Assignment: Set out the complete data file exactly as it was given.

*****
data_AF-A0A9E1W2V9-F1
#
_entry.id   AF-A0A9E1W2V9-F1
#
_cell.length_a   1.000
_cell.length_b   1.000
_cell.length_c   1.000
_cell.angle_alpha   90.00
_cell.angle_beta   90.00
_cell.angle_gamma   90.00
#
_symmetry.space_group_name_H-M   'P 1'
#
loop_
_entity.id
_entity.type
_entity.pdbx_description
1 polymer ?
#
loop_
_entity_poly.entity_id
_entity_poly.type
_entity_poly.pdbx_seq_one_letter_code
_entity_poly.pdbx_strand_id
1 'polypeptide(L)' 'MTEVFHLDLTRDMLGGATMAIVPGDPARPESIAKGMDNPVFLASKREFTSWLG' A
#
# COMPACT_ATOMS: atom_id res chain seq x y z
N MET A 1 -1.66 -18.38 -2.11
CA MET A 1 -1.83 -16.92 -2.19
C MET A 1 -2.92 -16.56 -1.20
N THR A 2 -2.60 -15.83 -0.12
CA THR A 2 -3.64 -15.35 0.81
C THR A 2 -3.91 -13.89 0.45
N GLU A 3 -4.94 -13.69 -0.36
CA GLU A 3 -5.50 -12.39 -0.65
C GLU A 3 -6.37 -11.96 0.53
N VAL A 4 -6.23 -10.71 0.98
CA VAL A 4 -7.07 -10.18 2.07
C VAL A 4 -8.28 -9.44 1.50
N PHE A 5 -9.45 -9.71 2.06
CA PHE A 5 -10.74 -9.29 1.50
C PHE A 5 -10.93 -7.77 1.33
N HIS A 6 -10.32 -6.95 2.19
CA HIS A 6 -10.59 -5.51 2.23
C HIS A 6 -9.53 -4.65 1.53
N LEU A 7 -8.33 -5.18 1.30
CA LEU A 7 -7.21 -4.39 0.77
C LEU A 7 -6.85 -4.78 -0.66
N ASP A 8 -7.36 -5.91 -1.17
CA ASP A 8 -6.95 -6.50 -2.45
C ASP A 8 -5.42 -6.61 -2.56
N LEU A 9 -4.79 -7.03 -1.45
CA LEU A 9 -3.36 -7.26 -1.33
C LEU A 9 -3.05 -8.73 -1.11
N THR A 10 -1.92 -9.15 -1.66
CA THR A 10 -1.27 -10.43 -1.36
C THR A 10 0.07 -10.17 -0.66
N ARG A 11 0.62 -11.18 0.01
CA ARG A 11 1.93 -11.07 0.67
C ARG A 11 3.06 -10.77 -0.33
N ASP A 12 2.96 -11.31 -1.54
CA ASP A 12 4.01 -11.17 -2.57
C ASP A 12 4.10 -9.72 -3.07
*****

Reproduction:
data_AF-A0A9E1W2V9-F1
#
_entry.id   AF-A0A9E1W2V9-F1
#
_cell.length_a   1.000
_cell.length_b   1.000
_cell.length_c   1.000
_cell.angle_alpha   90.00
_cell.angle_beta   90.00
_cell.angle_gamma   90.00
#
_symmetry.space_group_name_H-M   'P 1'
#
loop_
_entity.id
_entity.type
_entity.pdbx_description
1 polymer ?
#
loop_
_entity_poly.entity_id
_entity_poly.type
_entity_poly.pdbx_seq_one_letter_code
_entity_poly.pdbx_strand_id
1 'polypeptide(L)' 'MTEVFHLDLTRDMLGGATMAIVPGDPARPESIAKGMDNPVFLASKREFTSWLG' A
#
# COMPACT_ATOMS: atom_id res chain seq x y z
N MET A 1 -1.66 -18.38 -2.11
CA MET A 1 -1.83 -16.92 -2.19
C MET A 1 -2.92 -16.56 -1.20
N THR A 2 -2.60 -15.83 -0.12
CA THR A 2 -3.64 -15.35 0.81
C THR A 2 -3.91 -13.89 0.45
N GLU A 3 -4.94 -13.69 -0.36
CA GLU A 3 -5.50 -12.39 -0.65
C GLU A 3 -6.37 -11.96 0.53
N VAL A 4 -6.23 -10.71 0.98
CA VAL A 4 -7.07 -10.18 2.07
C VAL A 4 -8.28 -9.44 1.50
N PHE A 5 -9.45 -9.71 2.06
CA PHE A 5 -10.74 -9.29 1.50
C PHE A 5 -10.93 -7.77 1.33
N HIS A 6 -10.32 -6.95 2.19
CA HIS A 6 -10.59 -5.51 2.23
C HIS A 6 -9.53 -4.65 1.53
N LEU A 7 -8.33 -5.18 1.30
CA LEU A 7 -7.21 -4.39 0.77
C LEU A 7 -6.85 -4.78 -0.66
N ASP A 8 -7.36 -5.91 -1.17
CA ASP A 8 -6.95 -6.50 -2.45
C ASP A 8 -5.42 -6.61 -2.56
N LEU A 9 -4.79 -7.03 -1.45
CA LEU A 9 -3.36 -7.26 -1.33
C LEU A 9 -3.05 -8.73 -1.11
N THR A 10 -1.92 -9.15 -1.66
CA THR A 10 -1.27 -10.43 -1.36
C THR A 10 0.07 -10.17 -0.66
N ARG A 11 0.62 -11.18 0.01
CA ARG A 11 1.93 -11.07 0.67
C ARG A 11 3.06 -10.77 -0.33
N ASP A 12 2.96 -11.31 -1.54
CA ASP A 12 4.01 -11.17 -2.57
C ASP A 12 4.10 -9.72 -3.07